Winter is already here. The season is high time for heart attacks. Cold weather triggers many medical problems like influenza, asthma, sore throat, joint pains and heart diseases, in particular heart attacks. The risk is not confined to the elderly alone. The young and healthy individuals also suffer heart attacks and strokes. As per doctors, gone are the days when children brought their parents to a cardiologist. Now, doctors are seeing parents bringing their children.
According to a survey published in the European Journal of Epidemiology, the number of strokes in the general population goes up by 11 percent for every 2.9 degree centigrade decline in temperature.
Freezing temperatures cause the heart arteries to condense thereby restricting the blood and oxygen flow to the heart. This often causes a rise in blood pressure, making a heart attack or stroke more likely.
The temperature drop increases the chances of blood clot formation since blood platelets are more active and stickier.
In winters, there is a reduction in daylight hours which, as per doctors, affects the hormonal balance and causes vitamin D deficiency, a common trigger for heart attacks.
The cold weather also triggers bouts of depression, especially amongst the elderly, causing an increase in stress levels and hypertension, believe psychiatrists.
Also, people indulge in high sugar, trans-fat, and sodium comfort food, which can be extremely dangerous for the diabetic and hypertensive population including as regards the heart.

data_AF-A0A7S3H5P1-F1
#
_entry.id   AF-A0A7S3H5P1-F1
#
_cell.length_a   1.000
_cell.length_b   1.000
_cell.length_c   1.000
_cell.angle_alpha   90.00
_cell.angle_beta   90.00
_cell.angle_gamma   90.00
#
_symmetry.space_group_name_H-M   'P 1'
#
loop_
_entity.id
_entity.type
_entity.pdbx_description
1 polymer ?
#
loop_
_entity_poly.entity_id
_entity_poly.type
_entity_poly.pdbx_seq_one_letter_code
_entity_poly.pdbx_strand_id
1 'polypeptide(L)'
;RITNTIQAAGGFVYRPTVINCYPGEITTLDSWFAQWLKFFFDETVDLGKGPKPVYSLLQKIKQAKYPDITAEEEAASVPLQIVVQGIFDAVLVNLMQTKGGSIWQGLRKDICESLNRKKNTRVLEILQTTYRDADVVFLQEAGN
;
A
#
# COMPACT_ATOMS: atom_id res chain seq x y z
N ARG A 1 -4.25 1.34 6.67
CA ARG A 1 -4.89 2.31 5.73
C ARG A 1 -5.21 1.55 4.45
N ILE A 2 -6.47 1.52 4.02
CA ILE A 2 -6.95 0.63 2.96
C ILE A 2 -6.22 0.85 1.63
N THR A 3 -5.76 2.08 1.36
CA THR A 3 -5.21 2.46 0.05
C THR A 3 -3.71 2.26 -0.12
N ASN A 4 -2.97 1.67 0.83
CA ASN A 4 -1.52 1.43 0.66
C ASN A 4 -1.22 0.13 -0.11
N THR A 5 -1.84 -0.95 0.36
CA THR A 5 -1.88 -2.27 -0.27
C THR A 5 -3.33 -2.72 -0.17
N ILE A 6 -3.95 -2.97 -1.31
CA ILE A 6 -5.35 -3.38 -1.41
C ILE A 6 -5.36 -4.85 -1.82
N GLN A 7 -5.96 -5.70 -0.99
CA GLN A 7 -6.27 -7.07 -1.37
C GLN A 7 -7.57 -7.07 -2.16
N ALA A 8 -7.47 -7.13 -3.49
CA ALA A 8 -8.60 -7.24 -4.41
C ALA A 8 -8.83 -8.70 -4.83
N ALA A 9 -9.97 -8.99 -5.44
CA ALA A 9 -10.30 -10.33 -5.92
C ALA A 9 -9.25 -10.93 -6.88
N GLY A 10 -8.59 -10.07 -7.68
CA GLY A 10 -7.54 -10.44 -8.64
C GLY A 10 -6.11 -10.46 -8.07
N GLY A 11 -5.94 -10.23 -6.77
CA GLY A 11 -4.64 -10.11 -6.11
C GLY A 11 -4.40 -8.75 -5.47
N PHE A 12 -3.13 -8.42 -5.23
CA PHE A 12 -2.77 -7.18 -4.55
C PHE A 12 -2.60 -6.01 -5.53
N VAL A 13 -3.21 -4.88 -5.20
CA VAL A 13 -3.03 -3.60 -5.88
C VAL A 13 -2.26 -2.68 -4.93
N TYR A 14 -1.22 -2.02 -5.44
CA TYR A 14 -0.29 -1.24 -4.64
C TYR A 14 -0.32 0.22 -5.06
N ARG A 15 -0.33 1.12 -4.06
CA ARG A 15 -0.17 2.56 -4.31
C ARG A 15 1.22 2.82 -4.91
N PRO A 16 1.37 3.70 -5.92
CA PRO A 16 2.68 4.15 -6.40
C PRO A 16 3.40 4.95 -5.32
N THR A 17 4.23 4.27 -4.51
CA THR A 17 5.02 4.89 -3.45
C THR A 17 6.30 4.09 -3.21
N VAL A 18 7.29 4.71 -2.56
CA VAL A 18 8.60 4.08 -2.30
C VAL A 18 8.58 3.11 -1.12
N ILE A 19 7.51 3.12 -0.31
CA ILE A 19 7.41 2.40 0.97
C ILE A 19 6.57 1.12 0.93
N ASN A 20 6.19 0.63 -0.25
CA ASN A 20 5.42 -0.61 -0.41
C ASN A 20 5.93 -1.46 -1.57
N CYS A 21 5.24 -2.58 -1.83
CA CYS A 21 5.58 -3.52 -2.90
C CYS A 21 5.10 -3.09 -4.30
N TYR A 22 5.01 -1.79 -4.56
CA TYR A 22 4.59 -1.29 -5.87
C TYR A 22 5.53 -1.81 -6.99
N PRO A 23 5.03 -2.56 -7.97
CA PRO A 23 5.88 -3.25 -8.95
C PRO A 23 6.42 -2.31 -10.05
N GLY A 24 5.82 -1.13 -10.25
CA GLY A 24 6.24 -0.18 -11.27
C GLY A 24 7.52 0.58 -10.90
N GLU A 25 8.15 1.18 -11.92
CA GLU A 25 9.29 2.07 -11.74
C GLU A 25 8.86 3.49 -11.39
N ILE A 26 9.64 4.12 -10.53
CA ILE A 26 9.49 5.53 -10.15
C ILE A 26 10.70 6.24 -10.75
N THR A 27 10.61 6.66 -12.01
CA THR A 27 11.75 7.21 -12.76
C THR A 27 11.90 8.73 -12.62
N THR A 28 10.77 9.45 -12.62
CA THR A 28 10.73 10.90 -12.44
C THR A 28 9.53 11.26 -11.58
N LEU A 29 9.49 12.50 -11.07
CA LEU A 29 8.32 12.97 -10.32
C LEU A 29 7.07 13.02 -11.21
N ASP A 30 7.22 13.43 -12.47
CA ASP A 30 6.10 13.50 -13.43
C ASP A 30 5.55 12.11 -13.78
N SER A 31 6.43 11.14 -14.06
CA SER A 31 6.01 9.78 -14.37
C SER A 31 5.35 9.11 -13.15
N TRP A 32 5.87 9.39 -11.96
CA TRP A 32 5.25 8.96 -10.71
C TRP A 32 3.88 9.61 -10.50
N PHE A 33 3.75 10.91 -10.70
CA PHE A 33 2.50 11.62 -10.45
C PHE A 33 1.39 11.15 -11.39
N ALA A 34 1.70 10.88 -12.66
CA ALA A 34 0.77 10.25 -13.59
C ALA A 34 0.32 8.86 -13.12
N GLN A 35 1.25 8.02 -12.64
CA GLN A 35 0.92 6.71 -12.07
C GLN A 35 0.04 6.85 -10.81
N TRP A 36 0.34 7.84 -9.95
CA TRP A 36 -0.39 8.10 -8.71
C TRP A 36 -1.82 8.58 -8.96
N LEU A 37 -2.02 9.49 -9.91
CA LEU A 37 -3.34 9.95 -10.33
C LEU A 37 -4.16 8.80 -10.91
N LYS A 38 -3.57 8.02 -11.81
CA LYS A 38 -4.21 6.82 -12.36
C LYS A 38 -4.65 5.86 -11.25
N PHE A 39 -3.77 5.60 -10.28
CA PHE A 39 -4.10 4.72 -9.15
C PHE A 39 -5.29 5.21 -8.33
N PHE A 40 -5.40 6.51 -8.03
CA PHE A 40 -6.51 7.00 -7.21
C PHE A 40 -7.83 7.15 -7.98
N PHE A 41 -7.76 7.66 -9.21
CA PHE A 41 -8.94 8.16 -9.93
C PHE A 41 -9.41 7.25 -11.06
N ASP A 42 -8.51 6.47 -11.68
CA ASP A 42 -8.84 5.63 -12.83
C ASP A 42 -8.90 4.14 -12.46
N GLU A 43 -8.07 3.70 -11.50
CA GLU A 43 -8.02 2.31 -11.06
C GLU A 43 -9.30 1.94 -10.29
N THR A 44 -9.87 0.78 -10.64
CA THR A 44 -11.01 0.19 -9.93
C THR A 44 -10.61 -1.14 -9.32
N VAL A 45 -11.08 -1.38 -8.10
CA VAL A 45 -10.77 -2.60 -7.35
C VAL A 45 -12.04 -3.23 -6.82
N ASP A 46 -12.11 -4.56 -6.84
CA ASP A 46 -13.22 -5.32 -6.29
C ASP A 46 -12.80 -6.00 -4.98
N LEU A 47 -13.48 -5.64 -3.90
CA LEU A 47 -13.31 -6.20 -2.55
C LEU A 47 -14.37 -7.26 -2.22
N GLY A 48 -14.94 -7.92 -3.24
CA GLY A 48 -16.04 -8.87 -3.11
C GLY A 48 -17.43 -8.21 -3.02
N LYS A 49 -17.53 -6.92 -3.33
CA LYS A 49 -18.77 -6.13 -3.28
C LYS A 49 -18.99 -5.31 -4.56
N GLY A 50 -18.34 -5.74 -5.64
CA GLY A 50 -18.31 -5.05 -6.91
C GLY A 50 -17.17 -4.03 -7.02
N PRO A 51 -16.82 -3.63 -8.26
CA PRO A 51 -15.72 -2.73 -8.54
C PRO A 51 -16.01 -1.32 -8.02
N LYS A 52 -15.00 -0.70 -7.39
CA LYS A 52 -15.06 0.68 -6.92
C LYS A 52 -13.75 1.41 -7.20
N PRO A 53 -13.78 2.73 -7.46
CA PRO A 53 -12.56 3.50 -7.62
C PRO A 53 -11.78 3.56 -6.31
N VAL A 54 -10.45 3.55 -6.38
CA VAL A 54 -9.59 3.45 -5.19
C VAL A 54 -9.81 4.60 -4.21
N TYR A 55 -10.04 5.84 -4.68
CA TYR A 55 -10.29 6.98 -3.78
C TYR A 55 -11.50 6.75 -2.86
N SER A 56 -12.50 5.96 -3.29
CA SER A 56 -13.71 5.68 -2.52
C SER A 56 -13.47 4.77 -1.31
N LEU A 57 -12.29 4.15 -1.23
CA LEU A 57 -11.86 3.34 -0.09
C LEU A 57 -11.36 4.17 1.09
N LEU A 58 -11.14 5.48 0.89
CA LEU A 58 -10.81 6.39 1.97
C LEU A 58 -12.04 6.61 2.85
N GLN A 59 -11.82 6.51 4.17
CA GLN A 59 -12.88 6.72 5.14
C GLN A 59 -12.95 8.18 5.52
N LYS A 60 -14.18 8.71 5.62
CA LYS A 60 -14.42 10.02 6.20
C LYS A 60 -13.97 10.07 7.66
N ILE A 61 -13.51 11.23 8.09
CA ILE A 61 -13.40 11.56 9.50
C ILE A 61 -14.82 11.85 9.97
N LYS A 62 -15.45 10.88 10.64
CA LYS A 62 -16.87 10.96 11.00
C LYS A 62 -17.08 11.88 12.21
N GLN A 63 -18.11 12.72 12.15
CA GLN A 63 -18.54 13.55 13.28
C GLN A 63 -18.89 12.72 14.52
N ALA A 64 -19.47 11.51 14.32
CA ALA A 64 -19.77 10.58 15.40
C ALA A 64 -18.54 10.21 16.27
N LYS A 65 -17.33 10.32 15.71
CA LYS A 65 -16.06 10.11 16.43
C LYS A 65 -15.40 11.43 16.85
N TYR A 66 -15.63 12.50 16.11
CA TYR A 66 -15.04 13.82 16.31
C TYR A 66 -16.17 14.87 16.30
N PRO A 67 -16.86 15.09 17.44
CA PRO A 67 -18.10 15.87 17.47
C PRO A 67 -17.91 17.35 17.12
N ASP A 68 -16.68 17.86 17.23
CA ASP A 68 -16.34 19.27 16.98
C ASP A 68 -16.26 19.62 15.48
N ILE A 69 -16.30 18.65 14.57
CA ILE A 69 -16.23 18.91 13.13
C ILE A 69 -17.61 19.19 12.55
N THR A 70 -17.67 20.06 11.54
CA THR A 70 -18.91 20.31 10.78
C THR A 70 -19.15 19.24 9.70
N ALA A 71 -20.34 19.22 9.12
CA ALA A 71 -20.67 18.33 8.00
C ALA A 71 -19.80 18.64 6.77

The doctors advocate habitual changes to reduce the risks of developing serious cardiovascular concerns during the winter months. There is a need for taking a heart-healthy diet. Eating small and frequent meals is recommended as it helps prevent excess pressure on the heart.
The doctors have been advising people to choose food that is rich in fibre and take small portions of each food item.
The researchers have shown that while cardiovascular disease is the leading cause of death overall, there have been some transitions, particularly in the high-income countries, which have managed to reduce the number of deaths from cardiovascular disease. In low-income countries, including India, however, cardiovascular disease is still the top killer, with death three times more frequent than that due to cancer.
Among the factors also include low education level. There is a need for out-of-the-box solutions combined with increased awareness. There is a requirement of putting in plans that target the risk factors and prevent the onset of non-communicable diseases.